Osip Maksimovich Bodyansky (Russian: Осип Максимович Бодянский; 1808–1877) was a notable Russian Imperial Slavist of Ukrainian Cossack descent who studied and taught at the Imperial Moscow University. Bodyansky's close friends included Nikolai Gogol, Sergey Aksakov, Mikhail Katkov, Taras Shevchenko, Mikhail Maksimovich and Pavel Jozef Šafárik. He was elected a corresponding member of the Saint Petersburg Academy of Sciences in 1854.
|Died||September 6, 1877(aged 68)|
|Education||Doctor of Science (1855)|
Corresponding Member of the Russian Academy of Sciences
|Alma mater||Imperial Moscow University (1834)|
|Institutions||Imperial Moscow University|
|Thesis||On the time of origin of the Slavonic script|
Bodyansky was born in the Poltava Governorate, and, as a student in Moscow, entered Stankevich's circle of intellectuals. After getting his master's degree, he was at work rummaging obscure libraries and archives of Little Russia. Such activities brought to light a splattering of important documents, such as the illustrated Peresopnytsia Gospels and the controversial History of the Rus.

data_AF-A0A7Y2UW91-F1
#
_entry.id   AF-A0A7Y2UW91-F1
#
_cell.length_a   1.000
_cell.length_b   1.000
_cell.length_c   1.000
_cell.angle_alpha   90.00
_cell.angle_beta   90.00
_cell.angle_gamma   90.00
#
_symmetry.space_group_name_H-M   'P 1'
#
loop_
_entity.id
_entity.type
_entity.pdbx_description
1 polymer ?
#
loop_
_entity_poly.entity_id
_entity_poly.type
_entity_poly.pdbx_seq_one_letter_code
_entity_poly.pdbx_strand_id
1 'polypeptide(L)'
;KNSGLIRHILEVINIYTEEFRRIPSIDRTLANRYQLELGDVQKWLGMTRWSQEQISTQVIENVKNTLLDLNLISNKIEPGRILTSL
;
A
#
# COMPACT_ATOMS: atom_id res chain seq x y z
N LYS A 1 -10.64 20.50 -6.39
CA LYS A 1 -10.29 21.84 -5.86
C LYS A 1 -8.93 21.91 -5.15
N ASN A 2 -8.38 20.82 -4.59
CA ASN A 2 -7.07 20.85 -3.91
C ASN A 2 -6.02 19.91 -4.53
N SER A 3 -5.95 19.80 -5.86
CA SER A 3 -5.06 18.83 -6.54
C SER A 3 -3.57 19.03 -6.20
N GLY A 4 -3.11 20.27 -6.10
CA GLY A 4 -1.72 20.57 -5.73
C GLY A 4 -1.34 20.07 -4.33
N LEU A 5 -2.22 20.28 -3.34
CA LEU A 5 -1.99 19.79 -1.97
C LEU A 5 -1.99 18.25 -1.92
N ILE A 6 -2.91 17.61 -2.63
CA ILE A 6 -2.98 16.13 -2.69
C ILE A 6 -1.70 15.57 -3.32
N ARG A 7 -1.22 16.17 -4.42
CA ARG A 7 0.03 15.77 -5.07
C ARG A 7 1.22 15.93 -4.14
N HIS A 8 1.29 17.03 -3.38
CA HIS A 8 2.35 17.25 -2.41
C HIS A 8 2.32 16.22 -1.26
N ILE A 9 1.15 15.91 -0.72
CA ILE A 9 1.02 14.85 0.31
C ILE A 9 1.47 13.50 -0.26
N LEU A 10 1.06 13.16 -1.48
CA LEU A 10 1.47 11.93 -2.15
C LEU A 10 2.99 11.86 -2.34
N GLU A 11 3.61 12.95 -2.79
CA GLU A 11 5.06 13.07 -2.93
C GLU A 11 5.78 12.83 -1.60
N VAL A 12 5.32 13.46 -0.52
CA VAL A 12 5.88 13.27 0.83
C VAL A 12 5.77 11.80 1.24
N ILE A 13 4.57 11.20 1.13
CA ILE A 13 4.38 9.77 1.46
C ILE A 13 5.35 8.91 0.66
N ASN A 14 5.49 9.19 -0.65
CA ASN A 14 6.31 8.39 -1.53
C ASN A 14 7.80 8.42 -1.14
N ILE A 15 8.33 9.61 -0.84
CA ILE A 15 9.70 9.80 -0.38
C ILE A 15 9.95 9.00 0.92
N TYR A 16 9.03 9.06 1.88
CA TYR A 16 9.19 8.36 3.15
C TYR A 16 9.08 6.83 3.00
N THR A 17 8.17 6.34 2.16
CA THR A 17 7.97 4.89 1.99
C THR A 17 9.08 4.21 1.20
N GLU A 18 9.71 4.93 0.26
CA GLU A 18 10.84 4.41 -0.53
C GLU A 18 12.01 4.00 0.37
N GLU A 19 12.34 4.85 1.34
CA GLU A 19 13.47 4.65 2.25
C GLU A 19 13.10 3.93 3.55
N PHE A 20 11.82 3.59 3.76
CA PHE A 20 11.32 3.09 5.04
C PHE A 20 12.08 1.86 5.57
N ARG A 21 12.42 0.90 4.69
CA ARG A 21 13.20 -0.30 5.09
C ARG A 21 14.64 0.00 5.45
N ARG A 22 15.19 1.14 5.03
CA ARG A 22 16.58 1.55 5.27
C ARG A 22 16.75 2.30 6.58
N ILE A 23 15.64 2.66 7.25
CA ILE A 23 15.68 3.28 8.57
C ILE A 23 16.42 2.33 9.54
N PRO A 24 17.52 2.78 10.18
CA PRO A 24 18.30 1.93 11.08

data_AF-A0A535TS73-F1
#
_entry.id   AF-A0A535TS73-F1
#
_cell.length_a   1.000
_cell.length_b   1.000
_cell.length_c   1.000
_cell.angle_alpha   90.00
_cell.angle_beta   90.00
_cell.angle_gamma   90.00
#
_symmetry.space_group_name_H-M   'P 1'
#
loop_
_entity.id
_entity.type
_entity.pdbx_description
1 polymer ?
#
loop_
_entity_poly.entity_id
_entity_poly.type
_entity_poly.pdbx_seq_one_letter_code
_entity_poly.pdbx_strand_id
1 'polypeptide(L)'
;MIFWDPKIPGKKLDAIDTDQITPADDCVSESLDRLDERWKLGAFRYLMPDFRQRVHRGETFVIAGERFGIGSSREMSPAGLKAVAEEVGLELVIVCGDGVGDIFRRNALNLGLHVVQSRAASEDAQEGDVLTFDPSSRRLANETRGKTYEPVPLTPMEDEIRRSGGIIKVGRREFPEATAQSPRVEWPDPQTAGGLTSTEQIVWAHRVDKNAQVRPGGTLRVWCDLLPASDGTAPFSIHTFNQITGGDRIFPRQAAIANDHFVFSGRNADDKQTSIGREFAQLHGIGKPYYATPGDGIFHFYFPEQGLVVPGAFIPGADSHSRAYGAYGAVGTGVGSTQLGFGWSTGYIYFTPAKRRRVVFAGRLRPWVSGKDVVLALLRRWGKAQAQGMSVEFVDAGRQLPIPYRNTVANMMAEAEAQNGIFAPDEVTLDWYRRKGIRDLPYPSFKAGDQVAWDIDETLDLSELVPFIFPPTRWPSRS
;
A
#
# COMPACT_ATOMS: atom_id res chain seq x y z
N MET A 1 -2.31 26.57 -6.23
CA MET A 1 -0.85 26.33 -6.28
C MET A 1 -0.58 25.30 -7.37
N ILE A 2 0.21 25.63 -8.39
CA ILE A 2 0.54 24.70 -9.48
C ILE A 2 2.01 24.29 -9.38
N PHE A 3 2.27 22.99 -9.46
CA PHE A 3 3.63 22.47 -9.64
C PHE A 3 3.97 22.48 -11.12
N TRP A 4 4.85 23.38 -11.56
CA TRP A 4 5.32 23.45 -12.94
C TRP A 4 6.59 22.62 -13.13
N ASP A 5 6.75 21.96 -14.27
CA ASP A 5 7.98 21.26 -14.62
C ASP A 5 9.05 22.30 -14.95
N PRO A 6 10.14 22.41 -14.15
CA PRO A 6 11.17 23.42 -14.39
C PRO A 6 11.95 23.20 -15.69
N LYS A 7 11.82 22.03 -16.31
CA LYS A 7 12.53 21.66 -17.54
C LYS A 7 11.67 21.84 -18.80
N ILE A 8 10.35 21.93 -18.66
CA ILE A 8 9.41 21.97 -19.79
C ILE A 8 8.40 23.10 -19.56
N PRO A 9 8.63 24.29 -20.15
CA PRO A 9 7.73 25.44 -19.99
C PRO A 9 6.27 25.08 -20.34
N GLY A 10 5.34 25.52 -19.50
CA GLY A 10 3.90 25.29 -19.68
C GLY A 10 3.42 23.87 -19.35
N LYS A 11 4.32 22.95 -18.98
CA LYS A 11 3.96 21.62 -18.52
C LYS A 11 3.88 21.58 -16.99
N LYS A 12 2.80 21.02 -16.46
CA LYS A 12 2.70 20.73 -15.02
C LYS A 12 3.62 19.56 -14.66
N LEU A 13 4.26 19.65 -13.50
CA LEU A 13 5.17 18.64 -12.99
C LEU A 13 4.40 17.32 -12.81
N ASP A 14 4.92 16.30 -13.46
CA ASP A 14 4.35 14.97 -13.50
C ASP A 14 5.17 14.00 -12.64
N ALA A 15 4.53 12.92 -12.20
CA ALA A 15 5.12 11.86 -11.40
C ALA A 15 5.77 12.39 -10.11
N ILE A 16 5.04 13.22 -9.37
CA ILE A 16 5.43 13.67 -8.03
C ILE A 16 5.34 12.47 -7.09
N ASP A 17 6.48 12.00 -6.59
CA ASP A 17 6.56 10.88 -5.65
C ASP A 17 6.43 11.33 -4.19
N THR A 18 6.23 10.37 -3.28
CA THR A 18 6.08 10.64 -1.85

Bodyansky's publication of Giles Fletcher's sketch of Muscovy was deemed an act of Russophobia and incurred the displeasure of Tsar Nicholas I, leading to the scholar's departure from Moscow to Kazan. In his 30s, Bodyansky travelled in the Slavic countries on behalf of the Russian government, in order to study their languages, literature, and societies. Having for long moved in Slavophile and Pan-Slavist circles, he spent some time working in Prague with Šafárik. Upon his return he became professor in Moscow, where he died in 1878. His tomb is in the Novodevichy Convent.
Bodyansky was one of the first serious scholars of the Ukrainian language and wrote some amateur poetry in his native tongue. His master's dissertation involved a comparison of Ukrainian and Russian folks songs. Bodyansky's chief work was editing the Treatises of the Moscow Society for Russian History and Antiquities (1846–49 and 1858–78). Of his own works, notable are On the Folk Poetry of the Slavic Tribes (1837) and On the Time of Origin of the Slavic Script (1855).
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